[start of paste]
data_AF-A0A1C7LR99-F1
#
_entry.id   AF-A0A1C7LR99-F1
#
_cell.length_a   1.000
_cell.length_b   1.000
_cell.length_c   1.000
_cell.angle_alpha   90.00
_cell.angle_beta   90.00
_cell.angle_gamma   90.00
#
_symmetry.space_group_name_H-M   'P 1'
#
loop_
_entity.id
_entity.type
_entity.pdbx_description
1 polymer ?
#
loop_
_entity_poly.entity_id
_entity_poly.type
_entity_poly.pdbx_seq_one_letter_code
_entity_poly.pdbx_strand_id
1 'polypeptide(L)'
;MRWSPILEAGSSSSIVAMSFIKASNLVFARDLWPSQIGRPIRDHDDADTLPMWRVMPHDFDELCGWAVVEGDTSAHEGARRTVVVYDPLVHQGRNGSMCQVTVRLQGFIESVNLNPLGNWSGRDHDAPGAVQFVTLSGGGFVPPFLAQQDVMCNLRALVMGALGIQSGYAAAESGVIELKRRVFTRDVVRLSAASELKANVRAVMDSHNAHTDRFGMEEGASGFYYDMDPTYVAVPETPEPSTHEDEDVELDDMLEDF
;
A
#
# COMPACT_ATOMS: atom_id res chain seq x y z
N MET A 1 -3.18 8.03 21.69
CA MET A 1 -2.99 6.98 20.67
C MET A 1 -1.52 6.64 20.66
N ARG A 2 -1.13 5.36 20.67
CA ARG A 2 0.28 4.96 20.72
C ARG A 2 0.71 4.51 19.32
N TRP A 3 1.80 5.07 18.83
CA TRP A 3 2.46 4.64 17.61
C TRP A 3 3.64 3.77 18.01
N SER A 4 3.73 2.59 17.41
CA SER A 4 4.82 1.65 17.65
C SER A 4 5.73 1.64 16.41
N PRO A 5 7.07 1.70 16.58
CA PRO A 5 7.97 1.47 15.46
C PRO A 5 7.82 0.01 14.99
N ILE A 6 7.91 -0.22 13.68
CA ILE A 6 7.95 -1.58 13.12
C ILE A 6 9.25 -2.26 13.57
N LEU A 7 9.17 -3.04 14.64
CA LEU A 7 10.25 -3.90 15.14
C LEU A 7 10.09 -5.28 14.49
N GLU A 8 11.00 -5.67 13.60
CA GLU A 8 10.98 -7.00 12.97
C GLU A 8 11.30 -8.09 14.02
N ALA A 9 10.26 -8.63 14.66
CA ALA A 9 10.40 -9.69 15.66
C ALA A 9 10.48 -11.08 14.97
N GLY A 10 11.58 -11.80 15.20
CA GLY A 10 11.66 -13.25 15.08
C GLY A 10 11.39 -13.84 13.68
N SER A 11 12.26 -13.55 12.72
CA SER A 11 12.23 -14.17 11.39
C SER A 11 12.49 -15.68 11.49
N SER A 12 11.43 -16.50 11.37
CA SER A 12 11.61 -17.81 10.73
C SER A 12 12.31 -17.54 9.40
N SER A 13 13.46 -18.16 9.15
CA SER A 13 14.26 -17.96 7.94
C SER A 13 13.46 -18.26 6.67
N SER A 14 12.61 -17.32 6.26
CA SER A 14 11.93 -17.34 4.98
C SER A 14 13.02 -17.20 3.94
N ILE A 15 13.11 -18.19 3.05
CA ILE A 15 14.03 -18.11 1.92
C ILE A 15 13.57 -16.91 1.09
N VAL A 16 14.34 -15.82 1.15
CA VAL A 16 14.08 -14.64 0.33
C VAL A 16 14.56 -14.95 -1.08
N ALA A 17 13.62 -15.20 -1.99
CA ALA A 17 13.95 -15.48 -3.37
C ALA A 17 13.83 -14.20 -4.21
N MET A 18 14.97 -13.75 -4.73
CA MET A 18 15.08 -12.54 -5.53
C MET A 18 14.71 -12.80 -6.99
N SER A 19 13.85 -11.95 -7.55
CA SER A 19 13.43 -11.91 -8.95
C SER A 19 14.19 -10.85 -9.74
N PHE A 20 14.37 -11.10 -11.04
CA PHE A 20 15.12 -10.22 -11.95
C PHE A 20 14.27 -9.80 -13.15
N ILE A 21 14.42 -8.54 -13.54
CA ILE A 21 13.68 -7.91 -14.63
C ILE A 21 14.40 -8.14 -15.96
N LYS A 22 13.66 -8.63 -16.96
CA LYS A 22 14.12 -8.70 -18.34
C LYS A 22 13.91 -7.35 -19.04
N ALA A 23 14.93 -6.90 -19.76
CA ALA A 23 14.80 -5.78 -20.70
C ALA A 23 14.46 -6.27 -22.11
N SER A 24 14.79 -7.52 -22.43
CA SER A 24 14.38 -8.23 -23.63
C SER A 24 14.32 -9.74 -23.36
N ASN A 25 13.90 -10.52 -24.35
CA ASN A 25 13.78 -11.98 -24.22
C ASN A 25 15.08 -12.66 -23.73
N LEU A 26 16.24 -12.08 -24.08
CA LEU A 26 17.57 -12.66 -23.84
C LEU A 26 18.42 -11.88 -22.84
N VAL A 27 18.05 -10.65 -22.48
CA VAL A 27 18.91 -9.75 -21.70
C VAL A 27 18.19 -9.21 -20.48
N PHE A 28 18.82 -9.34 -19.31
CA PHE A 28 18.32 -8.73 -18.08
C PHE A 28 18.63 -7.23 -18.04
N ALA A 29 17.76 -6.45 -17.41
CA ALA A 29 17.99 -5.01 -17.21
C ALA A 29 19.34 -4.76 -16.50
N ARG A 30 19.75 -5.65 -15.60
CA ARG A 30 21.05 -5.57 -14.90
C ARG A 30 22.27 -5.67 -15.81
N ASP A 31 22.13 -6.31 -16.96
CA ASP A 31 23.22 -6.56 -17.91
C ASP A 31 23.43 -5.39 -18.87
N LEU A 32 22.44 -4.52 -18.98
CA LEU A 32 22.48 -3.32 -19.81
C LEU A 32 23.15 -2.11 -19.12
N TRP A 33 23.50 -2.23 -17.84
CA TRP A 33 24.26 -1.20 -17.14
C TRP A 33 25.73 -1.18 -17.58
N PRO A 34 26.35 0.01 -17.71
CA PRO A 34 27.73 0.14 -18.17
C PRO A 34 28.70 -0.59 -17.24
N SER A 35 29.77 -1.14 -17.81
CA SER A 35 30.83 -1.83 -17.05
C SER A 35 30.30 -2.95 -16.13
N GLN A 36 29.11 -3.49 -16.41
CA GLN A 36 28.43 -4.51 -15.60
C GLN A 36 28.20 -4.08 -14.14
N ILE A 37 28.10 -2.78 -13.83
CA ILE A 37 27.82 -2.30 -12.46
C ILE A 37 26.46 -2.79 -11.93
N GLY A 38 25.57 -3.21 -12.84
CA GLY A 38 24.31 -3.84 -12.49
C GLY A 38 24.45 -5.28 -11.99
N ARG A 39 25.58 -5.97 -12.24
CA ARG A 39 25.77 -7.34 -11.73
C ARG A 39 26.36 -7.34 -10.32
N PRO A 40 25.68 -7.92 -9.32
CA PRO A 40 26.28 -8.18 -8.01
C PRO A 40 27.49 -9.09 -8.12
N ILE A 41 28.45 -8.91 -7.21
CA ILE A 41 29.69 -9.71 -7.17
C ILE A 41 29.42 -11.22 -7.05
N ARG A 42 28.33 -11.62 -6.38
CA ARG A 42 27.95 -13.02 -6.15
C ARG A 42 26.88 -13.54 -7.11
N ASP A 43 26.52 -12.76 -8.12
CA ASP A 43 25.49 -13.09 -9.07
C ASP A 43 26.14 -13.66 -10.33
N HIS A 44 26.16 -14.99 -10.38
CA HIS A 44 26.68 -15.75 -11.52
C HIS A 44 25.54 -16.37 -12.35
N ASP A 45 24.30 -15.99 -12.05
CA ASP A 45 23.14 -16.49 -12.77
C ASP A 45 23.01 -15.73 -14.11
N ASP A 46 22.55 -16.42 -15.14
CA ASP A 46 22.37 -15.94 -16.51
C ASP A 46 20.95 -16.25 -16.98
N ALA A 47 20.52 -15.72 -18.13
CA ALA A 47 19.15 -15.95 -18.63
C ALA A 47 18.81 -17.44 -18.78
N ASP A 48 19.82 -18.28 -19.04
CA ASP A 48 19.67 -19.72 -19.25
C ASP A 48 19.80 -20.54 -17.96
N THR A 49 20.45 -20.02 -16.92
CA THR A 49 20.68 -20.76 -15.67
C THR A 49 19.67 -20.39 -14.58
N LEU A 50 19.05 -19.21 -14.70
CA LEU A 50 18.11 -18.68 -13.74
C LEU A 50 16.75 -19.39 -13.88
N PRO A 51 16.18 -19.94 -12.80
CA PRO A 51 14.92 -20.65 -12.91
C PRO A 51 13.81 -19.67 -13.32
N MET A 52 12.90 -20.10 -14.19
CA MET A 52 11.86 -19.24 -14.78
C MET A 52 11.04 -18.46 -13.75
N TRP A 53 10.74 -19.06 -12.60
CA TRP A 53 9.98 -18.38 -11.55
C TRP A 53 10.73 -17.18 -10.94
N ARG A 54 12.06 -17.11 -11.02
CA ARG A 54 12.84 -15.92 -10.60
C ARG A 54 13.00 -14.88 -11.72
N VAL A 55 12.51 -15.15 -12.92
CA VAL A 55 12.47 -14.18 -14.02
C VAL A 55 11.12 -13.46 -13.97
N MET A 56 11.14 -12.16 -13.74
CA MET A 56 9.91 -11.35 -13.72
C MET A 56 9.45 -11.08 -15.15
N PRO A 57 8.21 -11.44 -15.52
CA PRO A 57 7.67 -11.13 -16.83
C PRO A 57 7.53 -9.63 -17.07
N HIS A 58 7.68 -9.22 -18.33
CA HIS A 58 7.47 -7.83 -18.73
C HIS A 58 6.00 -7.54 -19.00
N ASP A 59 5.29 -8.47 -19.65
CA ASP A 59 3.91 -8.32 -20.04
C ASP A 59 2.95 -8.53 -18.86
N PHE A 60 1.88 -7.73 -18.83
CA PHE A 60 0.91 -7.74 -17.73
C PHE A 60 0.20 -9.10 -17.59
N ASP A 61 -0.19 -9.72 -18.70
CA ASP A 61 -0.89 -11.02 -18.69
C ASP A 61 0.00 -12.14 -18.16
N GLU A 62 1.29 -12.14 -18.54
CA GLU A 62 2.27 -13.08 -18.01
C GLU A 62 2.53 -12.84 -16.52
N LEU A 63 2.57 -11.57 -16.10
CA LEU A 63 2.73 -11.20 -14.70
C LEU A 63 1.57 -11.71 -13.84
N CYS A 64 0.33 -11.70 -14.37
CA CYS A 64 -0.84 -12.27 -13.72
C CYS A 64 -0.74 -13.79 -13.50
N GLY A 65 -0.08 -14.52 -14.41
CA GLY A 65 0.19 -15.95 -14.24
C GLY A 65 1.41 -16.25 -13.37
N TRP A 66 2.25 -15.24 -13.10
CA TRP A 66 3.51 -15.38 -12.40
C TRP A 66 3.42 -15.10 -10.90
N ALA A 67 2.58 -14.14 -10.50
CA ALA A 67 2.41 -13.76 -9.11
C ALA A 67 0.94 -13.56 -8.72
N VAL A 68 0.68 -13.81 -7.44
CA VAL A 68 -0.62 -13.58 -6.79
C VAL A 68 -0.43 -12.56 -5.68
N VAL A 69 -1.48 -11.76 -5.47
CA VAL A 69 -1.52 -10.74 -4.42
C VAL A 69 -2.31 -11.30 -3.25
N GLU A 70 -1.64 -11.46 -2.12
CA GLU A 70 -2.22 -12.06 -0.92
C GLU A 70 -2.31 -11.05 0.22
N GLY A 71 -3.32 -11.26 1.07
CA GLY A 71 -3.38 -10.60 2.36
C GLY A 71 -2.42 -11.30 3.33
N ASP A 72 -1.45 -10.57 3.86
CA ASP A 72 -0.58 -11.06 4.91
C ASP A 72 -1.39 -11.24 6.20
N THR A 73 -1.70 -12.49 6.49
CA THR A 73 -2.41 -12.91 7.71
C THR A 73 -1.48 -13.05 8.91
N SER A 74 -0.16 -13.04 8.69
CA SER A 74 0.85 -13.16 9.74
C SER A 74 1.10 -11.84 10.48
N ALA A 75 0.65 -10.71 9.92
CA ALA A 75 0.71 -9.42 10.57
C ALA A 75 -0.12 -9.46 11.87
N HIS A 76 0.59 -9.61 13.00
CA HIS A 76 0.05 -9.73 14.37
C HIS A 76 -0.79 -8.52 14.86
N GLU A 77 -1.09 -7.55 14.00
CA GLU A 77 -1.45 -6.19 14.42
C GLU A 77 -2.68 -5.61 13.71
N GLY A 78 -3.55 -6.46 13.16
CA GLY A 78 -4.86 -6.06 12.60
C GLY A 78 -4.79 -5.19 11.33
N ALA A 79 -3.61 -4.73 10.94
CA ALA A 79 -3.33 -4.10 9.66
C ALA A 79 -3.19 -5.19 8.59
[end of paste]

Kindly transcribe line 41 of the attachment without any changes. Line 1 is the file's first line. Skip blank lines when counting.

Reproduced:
CA SER A 4 4.82 1.65 17.65